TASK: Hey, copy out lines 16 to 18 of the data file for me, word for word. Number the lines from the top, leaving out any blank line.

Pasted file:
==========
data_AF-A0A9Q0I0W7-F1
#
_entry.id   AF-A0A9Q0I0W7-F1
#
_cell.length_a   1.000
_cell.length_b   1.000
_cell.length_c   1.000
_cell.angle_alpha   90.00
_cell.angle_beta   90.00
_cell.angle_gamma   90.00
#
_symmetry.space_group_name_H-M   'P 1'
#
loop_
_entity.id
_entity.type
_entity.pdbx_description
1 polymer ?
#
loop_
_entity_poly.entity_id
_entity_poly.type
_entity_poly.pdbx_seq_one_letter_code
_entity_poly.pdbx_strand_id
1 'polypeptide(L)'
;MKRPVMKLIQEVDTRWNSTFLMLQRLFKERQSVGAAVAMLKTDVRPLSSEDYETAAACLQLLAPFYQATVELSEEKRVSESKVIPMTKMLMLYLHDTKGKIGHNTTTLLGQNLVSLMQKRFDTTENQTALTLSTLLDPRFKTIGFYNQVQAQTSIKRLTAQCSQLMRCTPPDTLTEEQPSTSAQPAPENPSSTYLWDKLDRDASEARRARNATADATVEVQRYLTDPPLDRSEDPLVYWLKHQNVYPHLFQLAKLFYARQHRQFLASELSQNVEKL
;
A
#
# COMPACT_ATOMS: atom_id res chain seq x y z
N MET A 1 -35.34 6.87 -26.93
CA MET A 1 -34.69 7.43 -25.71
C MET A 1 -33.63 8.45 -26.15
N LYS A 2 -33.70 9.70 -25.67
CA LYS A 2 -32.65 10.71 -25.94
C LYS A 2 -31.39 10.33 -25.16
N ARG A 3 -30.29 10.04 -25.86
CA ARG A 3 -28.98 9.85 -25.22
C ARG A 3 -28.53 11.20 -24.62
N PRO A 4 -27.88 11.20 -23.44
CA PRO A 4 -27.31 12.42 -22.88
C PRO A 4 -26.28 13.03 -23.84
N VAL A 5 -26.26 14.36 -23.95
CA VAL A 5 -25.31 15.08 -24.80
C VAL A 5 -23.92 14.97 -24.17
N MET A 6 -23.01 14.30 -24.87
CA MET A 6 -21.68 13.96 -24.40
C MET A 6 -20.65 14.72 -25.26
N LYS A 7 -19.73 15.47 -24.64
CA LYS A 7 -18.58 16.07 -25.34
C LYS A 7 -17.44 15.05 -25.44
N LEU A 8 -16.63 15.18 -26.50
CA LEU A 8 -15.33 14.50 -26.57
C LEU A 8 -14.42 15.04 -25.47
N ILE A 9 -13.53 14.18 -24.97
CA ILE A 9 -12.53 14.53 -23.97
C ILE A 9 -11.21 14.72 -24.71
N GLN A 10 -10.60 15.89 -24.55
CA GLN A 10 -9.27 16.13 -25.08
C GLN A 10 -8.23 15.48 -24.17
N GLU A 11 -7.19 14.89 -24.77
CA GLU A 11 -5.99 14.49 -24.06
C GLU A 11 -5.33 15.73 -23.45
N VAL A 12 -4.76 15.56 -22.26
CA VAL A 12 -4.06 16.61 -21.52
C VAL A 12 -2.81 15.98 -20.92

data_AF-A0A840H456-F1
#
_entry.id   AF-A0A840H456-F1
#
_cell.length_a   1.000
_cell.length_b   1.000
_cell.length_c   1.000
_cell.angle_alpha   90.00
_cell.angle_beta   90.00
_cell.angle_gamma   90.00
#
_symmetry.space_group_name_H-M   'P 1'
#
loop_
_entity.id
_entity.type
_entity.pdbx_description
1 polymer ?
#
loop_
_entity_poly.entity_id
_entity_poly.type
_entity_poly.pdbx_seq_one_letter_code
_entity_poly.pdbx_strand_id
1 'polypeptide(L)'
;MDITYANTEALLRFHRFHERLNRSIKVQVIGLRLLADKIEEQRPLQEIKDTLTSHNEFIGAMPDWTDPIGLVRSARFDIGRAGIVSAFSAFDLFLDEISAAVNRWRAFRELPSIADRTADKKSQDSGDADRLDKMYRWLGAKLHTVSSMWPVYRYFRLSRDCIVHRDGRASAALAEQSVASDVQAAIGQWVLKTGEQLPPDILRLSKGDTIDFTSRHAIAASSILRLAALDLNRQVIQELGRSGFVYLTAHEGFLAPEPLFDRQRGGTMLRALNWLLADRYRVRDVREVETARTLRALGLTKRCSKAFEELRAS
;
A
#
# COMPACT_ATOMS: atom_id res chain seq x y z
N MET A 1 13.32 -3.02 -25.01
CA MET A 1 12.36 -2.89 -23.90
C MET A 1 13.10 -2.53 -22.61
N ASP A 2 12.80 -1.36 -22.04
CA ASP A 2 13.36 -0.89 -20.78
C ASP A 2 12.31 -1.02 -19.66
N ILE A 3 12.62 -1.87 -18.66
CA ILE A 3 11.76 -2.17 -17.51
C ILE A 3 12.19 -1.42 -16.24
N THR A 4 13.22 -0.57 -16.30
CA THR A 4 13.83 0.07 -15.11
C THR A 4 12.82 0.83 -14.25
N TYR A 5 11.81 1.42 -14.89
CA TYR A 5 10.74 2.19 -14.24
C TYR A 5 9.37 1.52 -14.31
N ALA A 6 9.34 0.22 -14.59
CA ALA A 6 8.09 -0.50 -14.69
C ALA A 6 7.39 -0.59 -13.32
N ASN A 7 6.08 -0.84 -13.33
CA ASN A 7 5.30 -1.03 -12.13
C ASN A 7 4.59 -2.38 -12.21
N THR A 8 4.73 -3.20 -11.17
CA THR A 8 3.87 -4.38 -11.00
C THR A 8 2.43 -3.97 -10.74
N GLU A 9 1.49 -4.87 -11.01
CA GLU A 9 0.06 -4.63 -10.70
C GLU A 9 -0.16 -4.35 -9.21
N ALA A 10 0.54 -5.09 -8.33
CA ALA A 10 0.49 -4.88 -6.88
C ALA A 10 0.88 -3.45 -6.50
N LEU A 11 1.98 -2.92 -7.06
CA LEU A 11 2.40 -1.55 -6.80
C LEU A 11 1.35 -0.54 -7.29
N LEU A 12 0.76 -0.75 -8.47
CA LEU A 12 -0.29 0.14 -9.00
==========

_entity.type
_entity.pdbx_description
1 polymer ?